In Icelandic art tradition, cultural and natural heritage seems to play the main part, while the conception of tradition in Polish art is a very complicated matter. Current trends in Polish art, in spite of all their variety, bring to light the dominance of ironic aesthetics in reflections. Artists use the image they find around and fix their attention on decomposition, imitation or mystification, which is possible to interpret as an answer to the long-term exile of reality in the visual world of Poland in the Communist period in general and in the art of that period in particular. On the other hand, the works from Iceland on view in BWA Design gallery in Wroclaw are deeply rooted in the Icelandic tradition. There is a substantial tie between modern commentaries to this art and the mythical and symbolic tradition. The significance of the majority of the works presented is built on an intensity of elements derived from the pre-Christian culture of the North with its trolls and giants. References to these “prehuman” creatures extend the continuous line with magic in order to understand and describe the world, alternative to the logocentrical reductionism of rational recognition. There is a great significance of space and human/woman’s body as a ground for negotiations about natural and cultural problems, which exists in deep connection with the remarks above. A similar part is played in some of the works by idyllic childhood theme colliding with a real, total dependence on identification models and marketing strategies, which we “buy” and build our expectation on, almost from the beginning of our life. The artists create their own relations with apparent or projected real space by frequently referring to the tradition of minimalist art with its integrity and fundamental discipline of expression. With their art they analyze the process of sensorial perception, rules of experimental recognition or intuition as channels determining the architecture of our vision of the world and ourselves.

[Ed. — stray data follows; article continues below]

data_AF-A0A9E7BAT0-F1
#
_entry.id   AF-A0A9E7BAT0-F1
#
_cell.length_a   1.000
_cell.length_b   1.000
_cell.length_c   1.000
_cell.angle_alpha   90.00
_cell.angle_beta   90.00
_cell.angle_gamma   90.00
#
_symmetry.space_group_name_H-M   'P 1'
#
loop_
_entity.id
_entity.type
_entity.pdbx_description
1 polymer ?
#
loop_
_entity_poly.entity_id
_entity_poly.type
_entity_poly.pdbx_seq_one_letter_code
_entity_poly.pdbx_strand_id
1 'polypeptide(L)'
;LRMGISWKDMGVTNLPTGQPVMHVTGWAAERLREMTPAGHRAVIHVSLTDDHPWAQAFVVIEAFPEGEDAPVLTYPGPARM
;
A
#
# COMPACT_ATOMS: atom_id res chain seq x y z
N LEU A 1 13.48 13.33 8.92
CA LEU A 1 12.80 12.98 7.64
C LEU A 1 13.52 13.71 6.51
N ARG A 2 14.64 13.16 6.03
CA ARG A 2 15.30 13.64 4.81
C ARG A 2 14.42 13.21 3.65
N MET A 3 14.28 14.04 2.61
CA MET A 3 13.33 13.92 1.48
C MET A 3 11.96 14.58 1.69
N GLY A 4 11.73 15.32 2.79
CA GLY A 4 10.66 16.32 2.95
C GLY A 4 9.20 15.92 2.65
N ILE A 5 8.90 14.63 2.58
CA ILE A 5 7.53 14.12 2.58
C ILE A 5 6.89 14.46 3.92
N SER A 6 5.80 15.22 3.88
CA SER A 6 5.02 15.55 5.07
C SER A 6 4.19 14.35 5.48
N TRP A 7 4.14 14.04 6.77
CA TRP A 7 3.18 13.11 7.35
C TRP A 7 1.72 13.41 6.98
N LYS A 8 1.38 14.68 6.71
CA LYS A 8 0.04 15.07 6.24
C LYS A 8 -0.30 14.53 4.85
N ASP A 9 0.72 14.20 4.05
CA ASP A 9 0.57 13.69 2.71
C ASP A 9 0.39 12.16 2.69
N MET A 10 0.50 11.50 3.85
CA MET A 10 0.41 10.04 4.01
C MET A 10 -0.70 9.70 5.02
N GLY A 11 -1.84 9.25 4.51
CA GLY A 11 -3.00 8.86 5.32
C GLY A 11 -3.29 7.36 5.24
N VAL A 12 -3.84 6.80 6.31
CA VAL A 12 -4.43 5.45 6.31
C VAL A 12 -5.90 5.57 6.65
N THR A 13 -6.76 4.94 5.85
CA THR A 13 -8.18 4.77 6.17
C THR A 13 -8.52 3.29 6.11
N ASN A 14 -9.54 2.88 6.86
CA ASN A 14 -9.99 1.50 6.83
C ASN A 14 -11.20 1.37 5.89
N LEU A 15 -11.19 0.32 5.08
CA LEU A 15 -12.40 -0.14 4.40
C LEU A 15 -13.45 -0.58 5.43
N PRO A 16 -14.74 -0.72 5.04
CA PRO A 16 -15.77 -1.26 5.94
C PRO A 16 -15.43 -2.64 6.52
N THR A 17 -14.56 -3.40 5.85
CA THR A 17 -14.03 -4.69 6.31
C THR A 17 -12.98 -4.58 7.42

Text by Art Critic Anna Mitu